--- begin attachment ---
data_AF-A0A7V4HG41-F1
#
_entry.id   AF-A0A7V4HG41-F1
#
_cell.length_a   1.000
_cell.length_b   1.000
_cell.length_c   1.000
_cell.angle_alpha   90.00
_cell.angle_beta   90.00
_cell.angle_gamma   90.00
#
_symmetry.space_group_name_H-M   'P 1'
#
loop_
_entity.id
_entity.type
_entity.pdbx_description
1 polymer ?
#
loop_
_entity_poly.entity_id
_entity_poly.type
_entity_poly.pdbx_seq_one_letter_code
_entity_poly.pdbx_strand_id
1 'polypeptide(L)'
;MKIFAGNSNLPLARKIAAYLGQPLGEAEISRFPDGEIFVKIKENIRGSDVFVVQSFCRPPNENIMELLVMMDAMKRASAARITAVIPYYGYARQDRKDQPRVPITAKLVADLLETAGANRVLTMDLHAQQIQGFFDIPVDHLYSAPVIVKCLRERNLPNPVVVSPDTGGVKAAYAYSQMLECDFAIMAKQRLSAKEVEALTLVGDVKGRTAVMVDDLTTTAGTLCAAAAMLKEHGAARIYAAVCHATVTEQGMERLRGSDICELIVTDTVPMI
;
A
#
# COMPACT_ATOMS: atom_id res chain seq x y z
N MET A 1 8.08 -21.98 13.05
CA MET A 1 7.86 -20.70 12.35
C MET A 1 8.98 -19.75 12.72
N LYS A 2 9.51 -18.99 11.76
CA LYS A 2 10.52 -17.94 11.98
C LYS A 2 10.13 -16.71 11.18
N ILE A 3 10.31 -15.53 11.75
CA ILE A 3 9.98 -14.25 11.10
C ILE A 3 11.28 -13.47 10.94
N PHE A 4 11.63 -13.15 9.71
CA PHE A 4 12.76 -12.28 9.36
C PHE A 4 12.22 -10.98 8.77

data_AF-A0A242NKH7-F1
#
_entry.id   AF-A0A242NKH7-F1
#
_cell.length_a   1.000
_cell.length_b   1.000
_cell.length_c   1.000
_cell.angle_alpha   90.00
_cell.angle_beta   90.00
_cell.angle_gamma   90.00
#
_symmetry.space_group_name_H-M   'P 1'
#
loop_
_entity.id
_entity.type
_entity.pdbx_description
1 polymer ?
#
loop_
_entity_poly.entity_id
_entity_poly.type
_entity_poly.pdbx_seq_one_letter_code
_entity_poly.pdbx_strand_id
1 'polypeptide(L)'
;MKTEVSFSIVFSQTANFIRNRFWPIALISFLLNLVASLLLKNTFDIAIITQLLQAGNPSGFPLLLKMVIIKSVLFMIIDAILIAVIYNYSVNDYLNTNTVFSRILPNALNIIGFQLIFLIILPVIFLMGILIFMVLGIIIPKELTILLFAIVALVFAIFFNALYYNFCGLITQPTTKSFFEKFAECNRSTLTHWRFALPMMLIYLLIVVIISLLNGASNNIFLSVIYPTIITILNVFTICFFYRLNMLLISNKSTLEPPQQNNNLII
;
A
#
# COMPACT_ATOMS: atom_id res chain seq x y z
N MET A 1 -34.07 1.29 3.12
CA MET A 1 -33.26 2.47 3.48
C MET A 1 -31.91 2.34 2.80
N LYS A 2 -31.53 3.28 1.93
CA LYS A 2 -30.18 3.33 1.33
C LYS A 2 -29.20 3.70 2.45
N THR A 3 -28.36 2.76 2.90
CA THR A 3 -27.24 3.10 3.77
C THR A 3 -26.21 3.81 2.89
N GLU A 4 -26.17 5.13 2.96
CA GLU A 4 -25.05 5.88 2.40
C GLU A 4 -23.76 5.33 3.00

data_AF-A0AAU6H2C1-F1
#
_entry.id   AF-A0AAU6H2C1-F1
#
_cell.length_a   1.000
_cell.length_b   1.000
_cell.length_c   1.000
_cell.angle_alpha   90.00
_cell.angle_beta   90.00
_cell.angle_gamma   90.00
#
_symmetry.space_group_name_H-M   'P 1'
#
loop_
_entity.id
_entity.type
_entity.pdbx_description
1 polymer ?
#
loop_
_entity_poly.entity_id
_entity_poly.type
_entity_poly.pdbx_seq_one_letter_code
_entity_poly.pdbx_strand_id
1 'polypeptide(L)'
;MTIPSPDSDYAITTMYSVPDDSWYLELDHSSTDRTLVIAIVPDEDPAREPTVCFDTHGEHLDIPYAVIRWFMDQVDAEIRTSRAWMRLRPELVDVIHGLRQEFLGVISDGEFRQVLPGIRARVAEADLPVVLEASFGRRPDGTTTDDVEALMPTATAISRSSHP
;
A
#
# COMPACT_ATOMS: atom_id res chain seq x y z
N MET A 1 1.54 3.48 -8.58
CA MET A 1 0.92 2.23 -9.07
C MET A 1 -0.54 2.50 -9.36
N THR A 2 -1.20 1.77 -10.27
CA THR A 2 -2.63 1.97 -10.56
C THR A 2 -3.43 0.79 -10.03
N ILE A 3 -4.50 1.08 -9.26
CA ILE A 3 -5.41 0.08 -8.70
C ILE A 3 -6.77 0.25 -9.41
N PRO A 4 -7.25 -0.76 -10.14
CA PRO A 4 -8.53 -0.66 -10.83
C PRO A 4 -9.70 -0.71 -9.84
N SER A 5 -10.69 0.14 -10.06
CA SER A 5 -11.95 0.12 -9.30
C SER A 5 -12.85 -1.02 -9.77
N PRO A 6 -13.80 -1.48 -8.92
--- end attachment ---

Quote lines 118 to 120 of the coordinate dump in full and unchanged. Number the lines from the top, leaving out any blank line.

N THR A 2 -1.20 1.77 -10.27
CA THR A 2 -2.63 1.97 -10.56
C THR A 2 -3.43 0.79 -10.03